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Why do property law firms struggle to answer the telephone?

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One of the most common complaints about property law firms is how difficult it is to speak to someone about a case.  This second only to the complaints about the difficulty to speak to someone who actually knows anything about the case.  Why is it so difficult to actually speak to a knowledgeable conveyancer and what is the solution?

The key problem

Most law firms are owned and run by lawyers who are used to do everything themselves. For example – suggest to a lawyer that a salesperson could do a quote and you will receive the following response;  “No.  Only a qualified lawyer can give quotes”.

Of course, those lawyers are usually too busy with other clients to have the time to take that call.  In this never-changing world, enabling telephones to be answered by someone who might be able to help is way down the average law firm owner’s agenda.

Conveyancing is a tricky, busy activity

There is a lot of snobbery about conveyancing.  Some consider it to be simple, mostly administrative work.  However, in reality, conveyancing requires an unusual combination of people skills, commercial acumen and legal knowledge.  Finding this combination in one person is tricky.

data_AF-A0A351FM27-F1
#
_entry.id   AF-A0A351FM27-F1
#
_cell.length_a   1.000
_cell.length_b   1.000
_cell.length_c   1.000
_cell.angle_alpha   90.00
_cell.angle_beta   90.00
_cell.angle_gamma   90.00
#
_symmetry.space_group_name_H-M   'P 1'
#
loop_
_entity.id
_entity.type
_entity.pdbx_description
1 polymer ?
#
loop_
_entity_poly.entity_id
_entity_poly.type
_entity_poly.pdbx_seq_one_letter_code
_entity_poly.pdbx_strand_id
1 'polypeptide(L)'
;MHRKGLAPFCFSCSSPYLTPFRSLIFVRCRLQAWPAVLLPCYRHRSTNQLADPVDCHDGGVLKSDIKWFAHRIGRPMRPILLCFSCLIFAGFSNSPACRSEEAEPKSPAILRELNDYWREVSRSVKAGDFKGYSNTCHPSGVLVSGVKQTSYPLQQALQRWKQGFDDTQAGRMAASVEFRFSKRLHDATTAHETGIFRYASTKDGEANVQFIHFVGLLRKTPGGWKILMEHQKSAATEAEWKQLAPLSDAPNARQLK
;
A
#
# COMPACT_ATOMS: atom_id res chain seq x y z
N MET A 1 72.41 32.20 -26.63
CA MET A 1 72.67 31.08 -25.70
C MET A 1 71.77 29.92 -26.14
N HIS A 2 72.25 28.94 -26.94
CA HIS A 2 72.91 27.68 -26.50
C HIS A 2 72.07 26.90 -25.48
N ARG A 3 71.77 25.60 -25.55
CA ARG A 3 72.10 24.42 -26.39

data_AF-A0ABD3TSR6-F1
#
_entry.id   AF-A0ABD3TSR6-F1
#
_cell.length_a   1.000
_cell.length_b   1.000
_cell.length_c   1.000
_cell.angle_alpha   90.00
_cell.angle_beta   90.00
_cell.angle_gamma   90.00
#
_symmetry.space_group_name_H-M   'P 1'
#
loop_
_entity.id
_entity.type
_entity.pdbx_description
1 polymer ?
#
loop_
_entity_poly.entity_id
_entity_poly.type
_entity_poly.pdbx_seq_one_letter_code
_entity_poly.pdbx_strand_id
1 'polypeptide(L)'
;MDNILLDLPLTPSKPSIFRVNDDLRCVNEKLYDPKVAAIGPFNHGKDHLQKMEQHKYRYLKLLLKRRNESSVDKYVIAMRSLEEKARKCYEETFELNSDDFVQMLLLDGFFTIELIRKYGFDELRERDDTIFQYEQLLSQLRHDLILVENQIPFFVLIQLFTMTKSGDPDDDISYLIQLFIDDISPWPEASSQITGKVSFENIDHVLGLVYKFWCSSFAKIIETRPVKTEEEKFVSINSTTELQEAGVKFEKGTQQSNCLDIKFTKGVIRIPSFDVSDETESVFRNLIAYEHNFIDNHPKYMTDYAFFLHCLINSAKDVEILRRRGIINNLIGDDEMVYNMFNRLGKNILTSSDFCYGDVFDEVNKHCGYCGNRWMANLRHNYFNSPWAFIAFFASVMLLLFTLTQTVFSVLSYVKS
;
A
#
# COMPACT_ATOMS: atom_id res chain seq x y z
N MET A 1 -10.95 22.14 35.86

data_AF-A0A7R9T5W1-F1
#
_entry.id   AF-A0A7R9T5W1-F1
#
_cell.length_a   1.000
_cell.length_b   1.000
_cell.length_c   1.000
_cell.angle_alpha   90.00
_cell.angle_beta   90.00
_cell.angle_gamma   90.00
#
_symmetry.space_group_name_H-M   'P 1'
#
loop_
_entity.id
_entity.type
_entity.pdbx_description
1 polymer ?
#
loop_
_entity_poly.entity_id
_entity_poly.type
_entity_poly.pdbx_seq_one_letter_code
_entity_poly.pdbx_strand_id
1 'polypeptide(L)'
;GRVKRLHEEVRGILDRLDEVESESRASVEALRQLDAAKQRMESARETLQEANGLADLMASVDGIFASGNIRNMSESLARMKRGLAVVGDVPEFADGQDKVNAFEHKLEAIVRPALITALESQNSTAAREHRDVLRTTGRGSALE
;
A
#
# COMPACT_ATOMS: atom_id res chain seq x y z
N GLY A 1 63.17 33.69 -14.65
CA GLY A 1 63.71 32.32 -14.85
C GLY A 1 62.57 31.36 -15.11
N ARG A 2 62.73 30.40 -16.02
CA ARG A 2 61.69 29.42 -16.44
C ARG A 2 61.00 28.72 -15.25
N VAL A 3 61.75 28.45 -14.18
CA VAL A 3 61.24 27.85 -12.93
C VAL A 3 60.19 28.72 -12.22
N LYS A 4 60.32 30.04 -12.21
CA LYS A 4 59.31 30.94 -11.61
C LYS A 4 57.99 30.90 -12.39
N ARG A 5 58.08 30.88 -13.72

Time is not spent contemplating the ins and outs of legal minutiae, but instead, problem solving and applying the law to each unique case.  Coordinating answers from various sources means a property lawyer’s telephone is constantly ringing and availability of time is very limited.  When a lawyer is spending 45 minutes on the telephone to a mortgage lender, it’s no surprise they can’t take a call.

Lack of technology

Although law firms recognise that conveyancing is a manual process, there is very little decent technology available.  This slows the process of accessing information on a case, tying up even more resource.

Most law firms still rely on physical files, which require the individual to be in the same room as the paperwork.  If the lawyer is not available for whatever reason, it is difficult for someone else to help out with a telephone enquiry about the case.

Either the information is inaccessible due to physical location, or is held in the lawyers head.  Which at that time, might be at Thorpe Park entertaining their children.

Is there a solution?

Firstly, lawyers need to recognise that there are certain elements of their role that they can give up.  Typically, pre-instruction and post-completion can be delegated to other, trained people.  Specialisation is key

Secondly, in order to achieve this specialisation, law firms need to charge enough money to pay for people and technology.  Owners of firms need to have the confidence to walk away from low-fee work and spend time and effort winning the work themselves.  With good service comes strong referrals and with strong referrals comes better fees.

Finally, lawyers must be able to get hold of the information they need quickly and efficiently.  For this, they must move to a paperless environment. All documents and case information is immediately available to them or their colleagues.

Conclusion

Property lawyers are fundamentally too busy to answer telephones because of out-dated work practices.  They need break the circle of poor quality service which in turn impacts fees they can charge to enable them to afford to employ and train people needed to support them.